2 ch sound field reproduction systems
OSS 2 ch sound field reproduction system
The Ortho-Stereophonic System (OSS) is a system designed to reproduce the actual recording sound field in an anechoic room or listening room using two speakers.
This system is capable of reproducing audible omnidirectional sounds that are generally difficult to achieve with normal stereo playback, including "up/down" and "front/back," as if the listener were actually situated in the space virtually.
Humans are said to hear sounds from various directions based on differences in sound pressure levels reaching ears, phase differences, and other factors. Therefore, in principle, any sound field should be reproducible by controlling the sound pressures perceived at both ears of the listener.
Based on this principle, the OSS control the sound pressure at the listener's external auditory canal in the reproducing sound field to match the sound pressure recorded at the external auditory canal in the sound field to be recorded and reproduced.
To utilize the OSS, at first, a dummy head microphone must be used to record the sound field to be reproduced.
Next, the dummy head microphone is then set in the sound-reproducing sound field and the impulse responses including head-related transfer function (HRTF) are measured.
Before presenting the recorded sound, the recorded sound is then processed using the digital filters that eliminates crosstalk components in the sound-reproducing sound field. At this point, noise cancellation technology is used to process the sound reproduced by the speakers to match the recorded sound-pressure waveform at both ears of the listener. This allows a realistic reproduction of the sound field using two speakers rather than numerous speakers as required with 5.1 ch surround systems.
Although reproduction systems using headphones are more common for stereophonic sound reproduction, it is difficult to localize the sound at a position away from the sound source and to reproduce low-frequency sounds. Moreover, the sound field being reproduced may vary with headphones depending on how the headphones are worn. At Nihon Onkyo Engineering, our sound-reproducing system uses speakers, allowing for superior playback compared with headphone-based playback systems for the reasons mentioned above.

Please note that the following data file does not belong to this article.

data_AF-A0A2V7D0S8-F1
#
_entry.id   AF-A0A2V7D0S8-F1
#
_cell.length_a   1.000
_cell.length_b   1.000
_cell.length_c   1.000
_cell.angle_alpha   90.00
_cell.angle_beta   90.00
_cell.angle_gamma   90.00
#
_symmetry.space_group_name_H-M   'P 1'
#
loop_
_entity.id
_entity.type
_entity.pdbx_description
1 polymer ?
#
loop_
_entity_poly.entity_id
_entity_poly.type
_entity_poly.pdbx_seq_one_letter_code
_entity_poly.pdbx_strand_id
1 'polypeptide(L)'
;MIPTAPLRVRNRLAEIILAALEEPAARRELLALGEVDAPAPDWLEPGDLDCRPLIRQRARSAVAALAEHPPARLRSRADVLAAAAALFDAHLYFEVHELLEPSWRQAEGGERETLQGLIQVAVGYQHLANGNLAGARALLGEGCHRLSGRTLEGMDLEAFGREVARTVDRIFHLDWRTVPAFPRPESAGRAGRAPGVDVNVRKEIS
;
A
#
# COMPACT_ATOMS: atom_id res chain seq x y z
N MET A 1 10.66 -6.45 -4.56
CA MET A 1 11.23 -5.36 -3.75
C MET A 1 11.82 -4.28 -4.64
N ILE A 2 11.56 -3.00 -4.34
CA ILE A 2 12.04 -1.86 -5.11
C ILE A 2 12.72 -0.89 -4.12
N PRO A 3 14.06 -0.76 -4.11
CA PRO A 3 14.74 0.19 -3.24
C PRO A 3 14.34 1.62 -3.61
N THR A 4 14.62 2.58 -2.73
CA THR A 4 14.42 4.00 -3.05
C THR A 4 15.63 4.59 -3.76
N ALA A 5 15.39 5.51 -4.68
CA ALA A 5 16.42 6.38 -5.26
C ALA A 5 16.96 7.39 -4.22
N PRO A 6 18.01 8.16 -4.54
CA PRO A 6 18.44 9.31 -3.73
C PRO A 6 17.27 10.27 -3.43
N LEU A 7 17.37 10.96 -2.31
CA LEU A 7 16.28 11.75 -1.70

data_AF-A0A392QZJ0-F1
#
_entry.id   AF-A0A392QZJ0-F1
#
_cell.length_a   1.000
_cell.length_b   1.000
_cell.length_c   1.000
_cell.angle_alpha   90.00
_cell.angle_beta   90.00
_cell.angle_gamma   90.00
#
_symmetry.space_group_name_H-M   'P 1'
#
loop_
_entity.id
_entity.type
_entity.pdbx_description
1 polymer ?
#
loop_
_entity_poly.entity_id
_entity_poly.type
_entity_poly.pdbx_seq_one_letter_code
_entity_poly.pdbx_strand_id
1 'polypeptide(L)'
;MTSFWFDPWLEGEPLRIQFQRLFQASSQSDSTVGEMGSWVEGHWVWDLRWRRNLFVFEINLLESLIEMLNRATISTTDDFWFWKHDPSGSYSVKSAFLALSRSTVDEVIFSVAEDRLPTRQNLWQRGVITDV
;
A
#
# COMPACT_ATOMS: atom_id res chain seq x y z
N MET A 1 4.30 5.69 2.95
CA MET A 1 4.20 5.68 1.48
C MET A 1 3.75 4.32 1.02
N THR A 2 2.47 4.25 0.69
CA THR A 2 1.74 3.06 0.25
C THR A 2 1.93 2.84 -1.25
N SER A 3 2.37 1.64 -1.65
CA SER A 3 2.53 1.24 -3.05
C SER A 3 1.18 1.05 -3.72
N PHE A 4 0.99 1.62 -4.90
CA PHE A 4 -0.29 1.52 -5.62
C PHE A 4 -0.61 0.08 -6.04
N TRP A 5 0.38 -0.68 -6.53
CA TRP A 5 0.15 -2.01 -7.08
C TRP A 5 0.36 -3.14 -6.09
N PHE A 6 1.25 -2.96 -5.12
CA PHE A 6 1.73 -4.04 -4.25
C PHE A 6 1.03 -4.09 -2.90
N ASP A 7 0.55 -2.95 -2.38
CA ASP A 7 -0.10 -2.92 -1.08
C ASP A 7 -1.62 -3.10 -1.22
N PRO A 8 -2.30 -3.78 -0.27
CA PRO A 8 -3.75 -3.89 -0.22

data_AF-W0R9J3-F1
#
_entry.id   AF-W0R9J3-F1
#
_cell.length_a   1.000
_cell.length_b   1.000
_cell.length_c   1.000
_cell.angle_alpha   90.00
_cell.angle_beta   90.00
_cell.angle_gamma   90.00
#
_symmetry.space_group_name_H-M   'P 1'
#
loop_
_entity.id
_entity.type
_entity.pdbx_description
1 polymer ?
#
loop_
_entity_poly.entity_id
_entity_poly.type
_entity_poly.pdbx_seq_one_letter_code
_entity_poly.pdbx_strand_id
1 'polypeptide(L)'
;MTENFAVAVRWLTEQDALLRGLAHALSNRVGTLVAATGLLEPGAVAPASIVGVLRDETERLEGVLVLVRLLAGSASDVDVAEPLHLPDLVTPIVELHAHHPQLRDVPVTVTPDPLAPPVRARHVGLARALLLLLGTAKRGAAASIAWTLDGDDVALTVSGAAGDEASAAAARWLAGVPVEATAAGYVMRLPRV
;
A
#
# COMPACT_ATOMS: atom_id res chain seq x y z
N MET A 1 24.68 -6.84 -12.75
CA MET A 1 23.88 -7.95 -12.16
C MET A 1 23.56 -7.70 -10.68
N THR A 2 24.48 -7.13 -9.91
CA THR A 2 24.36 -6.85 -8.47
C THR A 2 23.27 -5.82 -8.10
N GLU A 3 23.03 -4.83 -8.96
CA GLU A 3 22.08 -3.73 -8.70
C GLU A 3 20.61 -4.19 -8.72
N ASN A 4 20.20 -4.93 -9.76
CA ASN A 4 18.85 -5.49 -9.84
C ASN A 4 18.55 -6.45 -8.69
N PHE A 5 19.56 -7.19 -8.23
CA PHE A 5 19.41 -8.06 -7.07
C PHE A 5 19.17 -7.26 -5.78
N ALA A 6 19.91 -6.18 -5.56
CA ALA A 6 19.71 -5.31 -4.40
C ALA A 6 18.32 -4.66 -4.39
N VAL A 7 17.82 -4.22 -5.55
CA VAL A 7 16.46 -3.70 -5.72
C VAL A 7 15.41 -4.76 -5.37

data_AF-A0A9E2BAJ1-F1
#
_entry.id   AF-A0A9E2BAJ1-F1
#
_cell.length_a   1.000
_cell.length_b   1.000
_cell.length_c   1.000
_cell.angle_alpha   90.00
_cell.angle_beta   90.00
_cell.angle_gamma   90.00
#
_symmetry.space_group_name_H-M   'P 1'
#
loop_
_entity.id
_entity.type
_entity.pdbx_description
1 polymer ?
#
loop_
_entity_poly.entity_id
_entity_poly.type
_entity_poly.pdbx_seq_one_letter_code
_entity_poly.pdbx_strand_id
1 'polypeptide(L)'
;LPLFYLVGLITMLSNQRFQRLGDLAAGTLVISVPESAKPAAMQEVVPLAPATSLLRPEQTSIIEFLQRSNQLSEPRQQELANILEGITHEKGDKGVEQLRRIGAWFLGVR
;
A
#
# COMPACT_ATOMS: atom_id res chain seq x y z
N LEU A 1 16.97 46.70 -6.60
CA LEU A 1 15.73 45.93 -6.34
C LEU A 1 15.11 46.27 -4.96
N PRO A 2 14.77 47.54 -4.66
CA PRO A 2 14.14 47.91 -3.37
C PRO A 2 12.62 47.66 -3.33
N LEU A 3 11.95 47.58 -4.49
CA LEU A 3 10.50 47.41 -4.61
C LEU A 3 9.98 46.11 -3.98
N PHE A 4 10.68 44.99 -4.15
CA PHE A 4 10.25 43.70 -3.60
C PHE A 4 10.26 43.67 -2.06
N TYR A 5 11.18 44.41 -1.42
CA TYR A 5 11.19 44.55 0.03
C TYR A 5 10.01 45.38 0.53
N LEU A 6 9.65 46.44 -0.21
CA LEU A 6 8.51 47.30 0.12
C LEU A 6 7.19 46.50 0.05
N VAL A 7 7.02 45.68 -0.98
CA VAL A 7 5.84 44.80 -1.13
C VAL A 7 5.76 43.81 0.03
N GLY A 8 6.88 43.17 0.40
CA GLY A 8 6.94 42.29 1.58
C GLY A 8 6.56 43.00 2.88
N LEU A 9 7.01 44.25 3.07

Case study — Designing and evaluating sound fields such as concert halls
In general, acoustic spaces such as concert halls are designed with a focus on reverberation time and the energy of early-reflected sounds. Various room acoustic indexes have been proposed and widely used for associating the performance of a sound space with subjective evaluation values.
However, using only the measured acoustic index values, it is still difficult to understand the spatial sound image without actually hearing the sound.
The OSS is used to provide an "image" of the newly designed room by converting the sound field of the completed room into a database. Combining this system with acoustic simulation technology also allows makes it possible to predict and listen to the sound field from a drawing before actual construction. Utilizing the OSS allows corrections to be made at the design stage and thus allows costs to be reduced substantially.
Case Study — Evaluation of the sound field of vehicle cabin (noises, sound system)
Traditionally, evaluations of sounds in the passenger compartment of a vehicle were done using simple parameter's such as noise level. Nevertheless, even at similar weighted sound-pressure levels, subjective evaluations can differ depending on factors such as timbre. More recent trends have seen positive incorporation of specific sounds instead of simply silence as an added value to sound design. It has become almost impossible to evaluate a sound space using simple acoustic indexes alone. In such situations, a practical and most effective way is subjective evaluation. When performing evaluations using actual vehicles, problems such as driving situation reproducibility and time constraints exist. These problems can be resolved, however, by using the OSS to reproduce the in-vehicle sound field in the lab.
Case study — Three-dimensional acoustic effects at amusement facilities and event venues
In amusement facilities, realistic stereophonic sounds can have enormous effects on listeners. Common stereophonic sound systems include numerous speakers installed in a system that reproduces the intensity and time difference of sounds. However, these systems can be expensive and costly. In principle, the OSS is able to reproduce any sound field with high realism using only two speakers. This allows three-dimensional sound effects to be produced using a relatively small sound-reproduction system.
|Recording system||including dummy head microphone recording system|
|Sound reproduction system||including convolution software, amplifiers and speaker|
|OSS digital filter design system||Impulse response measurement system and OSS digital filter design software|
|Common system||PC with high-performance audio interfaces|